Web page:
Algorithms ( and Datastructures )

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# Algorithms ( and Datastructures ) - PowerPoint PPT Presentation

Algorithms ( and Datastructures ). Lecture 4 MAS 714 part 2 Hartmut Klauck. Traversing Graphs. We are given a graph G=(V,E) Starting vertex s The goal is to traverse the graph , i.e., to visit each vertex at least once

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### Algorithms (andDatastructures)

Lecture 4

MAS 714 part 2

Hartmut Klauck

Traversing Graphs
• Wearegiven a graph G=(V,E)
• Startingvertex s
• The goalisto traverse thegraph, i.e., tovisiteachvertexat least once
• Forexampleto find a markedvertex t ordecideif t isreachablefrom s
• Twovariants:
• Breadth First Search (BFS)
• Depth First Search (DFS)
Traversing Graphs
• Common tobothprocedures:
• Use a datastructurewiththefollowingoperations:
• Insert a vertex
• Remove a vertex
• Maintain an activevertex (startwith s)
• Then:
• Insert all neighborsof s, mark s asvisited
• Remove a vertex v, andmakeitactive
• Maintain an arraythatmarksverticesasvisited/not visited
The Datastructure
• Wedistinguishbytherulethatdeterminesthenextactivevertex
• Alternative 1: queue
• FIFO (first in first out)
• Alternative 2: stack
• LIFO (last in first out)
Result
• Alternative 1: FIFO
• Breadth First Search
• Neighbors will bevisitedbeforetheirneighbors
• Alternative 2: LIFO
• Depth First Search
• Insert neighbors, last neighborbecomesactive, theninserthisneighbors
Traversing Graphs
• Withbothmethodseventually all reachableverticesarevisited
• Different applications:
• BFS canbeusedto find shortedpaths in unweightedgraphs
• DFS canbeusedtotopologicallysort a directedacyclicgraph
Datastructures: Queue
• A queue is a linked list together with two operations
• Insert: Insert an element at the rear of the queue
• Remove: Remove the front element of the queue
• Implementations is as a linked list
• We need a pointer to the rear and a pointer to the front
BFS
• Every time we put a vertex v into the queue, we also remember the predecessor of v, i.e., the vertex ¼(v) as who‘s neighbor v was queued
• And remember d(v), which will be the distance of v from s
BFS
• Procedure:
• For all v:
• visit(v)=0, d(v)=1,¼(v)=NIL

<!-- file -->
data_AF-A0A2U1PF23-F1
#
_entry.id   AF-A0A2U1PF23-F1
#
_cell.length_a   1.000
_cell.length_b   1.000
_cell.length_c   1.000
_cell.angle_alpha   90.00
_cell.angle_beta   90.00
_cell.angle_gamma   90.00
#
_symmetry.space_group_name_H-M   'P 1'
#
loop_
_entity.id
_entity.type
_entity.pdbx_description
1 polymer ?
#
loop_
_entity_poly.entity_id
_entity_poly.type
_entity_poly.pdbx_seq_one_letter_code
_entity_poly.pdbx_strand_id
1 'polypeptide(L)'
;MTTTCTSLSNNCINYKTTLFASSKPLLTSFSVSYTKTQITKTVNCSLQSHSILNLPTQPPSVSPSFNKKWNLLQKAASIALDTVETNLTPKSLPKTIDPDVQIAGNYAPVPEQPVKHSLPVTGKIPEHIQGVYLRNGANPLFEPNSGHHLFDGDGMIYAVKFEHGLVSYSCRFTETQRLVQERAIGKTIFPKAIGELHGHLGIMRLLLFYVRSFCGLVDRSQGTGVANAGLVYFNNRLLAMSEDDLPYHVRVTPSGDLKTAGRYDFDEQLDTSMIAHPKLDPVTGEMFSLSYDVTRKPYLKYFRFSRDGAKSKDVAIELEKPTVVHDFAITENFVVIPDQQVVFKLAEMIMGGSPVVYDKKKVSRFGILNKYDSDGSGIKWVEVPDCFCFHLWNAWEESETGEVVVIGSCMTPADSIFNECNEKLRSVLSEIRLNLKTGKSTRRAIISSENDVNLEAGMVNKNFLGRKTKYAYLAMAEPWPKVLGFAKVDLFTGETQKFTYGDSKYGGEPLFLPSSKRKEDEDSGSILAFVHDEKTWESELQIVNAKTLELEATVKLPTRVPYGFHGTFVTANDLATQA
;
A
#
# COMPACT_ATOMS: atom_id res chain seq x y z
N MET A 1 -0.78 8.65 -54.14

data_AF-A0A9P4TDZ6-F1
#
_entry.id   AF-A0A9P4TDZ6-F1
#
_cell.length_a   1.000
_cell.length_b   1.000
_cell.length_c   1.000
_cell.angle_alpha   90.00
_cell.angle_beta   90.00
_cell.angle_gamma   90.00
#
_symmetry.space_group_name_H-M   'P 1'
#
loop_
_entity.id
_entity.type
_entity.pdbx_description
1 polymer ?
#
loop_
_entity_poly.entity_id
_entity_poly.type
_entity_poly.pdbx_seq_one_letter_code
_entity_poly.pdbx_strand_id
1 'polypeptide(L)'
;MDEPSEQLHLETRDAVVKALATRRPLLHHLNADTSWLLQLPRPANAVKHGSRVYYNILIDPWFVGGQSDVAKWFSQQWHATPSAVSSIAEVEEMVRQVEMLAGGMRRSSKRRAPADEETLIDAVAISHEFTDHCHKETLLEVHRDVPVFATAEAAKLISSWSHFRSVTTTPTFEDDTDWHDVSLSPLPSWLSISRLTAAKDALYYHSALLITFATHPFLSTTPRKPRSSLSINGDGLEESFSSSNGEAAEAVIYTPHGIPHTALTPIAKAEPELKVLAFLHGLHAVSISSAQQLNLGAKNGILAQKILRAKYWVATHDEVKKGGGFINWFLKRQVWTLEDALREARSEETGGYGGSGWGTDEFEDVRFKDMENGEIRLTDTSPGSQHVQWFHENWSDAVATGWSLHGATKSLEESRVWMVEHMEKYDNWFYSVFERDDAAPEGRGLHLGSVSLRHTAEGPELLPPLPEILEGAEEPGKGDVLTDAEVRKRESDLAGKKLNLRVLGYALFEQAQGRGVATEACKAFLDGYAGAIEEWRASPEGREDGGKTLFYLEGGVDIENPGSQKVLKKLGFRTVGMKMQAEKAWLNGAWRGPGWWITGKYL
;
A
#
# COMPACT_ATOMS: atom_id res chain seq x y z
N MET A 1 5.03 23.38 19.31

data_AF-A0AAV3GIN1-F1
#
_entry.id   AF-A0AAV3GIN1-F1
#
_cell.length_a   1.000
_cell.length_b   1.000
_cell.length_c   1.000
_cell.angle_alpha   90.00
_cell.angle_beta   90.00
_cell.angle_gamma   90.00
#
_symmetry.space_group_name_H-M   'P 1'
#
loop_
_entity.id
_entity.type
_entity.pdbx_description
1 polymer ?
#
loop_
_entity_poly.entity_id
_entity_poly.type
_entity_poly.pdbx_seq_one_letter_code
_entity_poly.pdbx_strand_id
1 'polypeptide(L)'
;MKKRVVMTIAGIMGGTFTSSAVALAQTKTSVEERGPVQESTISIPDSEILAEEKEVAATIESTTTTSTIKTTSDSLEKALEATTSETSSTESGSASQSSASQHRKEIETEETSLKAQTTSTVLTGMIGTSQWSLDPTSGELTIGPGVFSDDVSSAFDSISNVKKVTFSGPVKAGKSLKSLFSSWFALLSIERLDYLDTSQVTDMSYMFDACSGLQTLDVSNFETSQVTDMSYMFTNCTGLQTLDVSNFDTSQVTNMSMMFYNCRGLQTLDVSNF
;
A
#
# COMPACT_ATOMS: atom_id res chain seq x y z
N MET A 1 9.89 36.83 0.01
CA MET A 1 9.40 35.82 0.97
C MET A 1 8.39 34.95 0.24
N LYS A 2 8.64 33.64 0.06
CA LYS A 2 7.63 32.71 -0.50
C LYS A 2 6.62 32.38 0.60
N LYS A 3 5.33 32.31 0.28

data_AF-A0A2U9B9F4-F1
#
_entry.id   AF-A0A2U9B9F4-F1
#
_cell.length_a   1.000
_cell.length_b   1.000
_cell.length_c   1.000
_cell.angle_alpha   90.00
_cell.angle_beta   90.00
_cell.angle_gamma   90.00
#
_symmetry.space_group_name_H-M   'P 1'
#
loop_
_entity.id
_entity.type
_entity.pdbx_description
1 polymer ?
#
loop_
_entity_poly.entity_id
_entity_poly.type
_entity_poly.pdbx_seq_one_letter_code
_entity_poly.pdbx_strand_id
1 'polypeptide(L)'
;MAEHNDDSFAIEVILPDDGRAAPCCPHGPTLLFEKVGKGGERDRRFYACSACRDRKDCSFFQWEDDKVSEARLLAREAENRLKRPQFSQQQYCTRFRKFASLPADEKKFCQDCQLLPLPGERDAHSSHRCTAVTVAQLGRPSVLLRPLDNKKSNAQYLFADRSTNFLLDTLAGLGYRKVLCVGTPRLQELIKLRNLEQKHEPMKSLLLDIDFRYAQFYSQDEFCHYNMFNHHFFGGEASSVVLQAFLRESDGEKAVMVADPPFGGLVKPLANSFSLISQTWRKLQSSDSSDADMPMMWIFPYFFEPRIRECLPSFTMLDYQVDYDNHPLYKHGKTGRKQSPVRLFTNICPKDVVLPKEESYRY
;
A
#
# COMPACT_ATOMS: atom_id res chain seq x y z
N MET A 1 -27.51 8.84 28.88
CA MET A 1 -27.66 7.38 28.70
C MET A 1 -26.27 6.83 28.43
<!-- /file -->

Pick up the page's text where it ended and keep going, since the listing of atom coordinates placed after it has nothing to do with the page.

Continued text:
• d(s)=0
• Enter s into the queue Q
• While Q is not empty
• Remove v from Q
• visit(v)=1, enter all neighbors w of v with visit(w)=0 into Q and set ¼(w)=v, d(w)=d(v)+1
BFS
• Clearly the running time of BFS is O(m+n)
• n to go over all vertices
• m to check all neighbors
• Each queue operation takes constant time
• BFS runs in linear time
BFS tree
• Consider all edges (¼(v), v)
• Claim: These edges form a tree
• Thistreeiscalledthe BFS treeof G (from s)
• vertices not reachable from s are not in the tree
BFS tree
• Proof (of Claim):
• Each visited vertex has 1 predecessor (except s)
• Vs is the set of visited vertices
• Graph is directed
• There are |Vs-1| edges
• Hence the edges form a tree
Shortest Paths
• BFS can be used to compute shortest paths
• in unweighted graphs
• Definition:
• Graph G, vertex s
• ±G(s,v)) is the minimum number of edges in any path from s to v
• No path: 1
Shortest Paths
• Lemma:
• Let (u,v) be an edge
• Then: ±(s,v)·±(s,u)+1
• Proof: v is reachable )u is reachable
• Shortest path from s to u cannot be longer than shortest path from s to v plus one edge
• Triangle inequality
Shortest Paths
• Lemma:
• The values d(v) computed by BFS are the ±(s,v)
• Proof:
• First, show that d(v)¸±(s,v)
• Induction over the number of steps
• Surely true in the beginning
• Suppose true, when we queue a vertex
• Then also true for the neighbors
Shortest Paths
• Now we show that d(v)·±(s,v)
• Observation: For all vertices in Q, d(v) is only different by 1 (and Q has increasing d(v) by position in Q)
• Now assume that d(v)>±(s,v) for some v
• Choose some v with minimum ±(s,v)<d(v)
• v is reachable from s (otherwise ±(s,v)=1)
• Consider the predecessor u of v on a shortest path s to v
• ±(s,v)=±(s,u)+1
ShortestPaths
• d(v)>±(s,v)=±(s,u)+1=d(u)+1
• Because v is minimal “violator”
• At some point u is removed from the queue
• If v is unvisited and not in the queue, then d(v)=d(u)+1
• If v is visited already then by our observationd(v)· d(u)
• If v is unvisited, and in the queue, thend(v)· d(u)+1 (observation)
• Contradiction in any case
ShortestPaths
• Lemma: The BFS treeis a shortestpathtree
• Proof:
• Wealreadysawitis a tree
• (¼(v),v) isalways a graphedge
• d(v) isthedepth in the BFS tree
• Induction: truefor s
• True forlevel d )when v isadded in level d+1 then d(v)=d+1
• Hence a pathfromtheroot s followingtreeedgesis a shortestpath (haslength d(v))
BFS
• Runs in time O(m+n) on adjacencylists
• Visits everyvertexreachablefrom s
• Can beusedtocomputeshortestpathsfrom s to all othervertices in directed, unweightedgraphs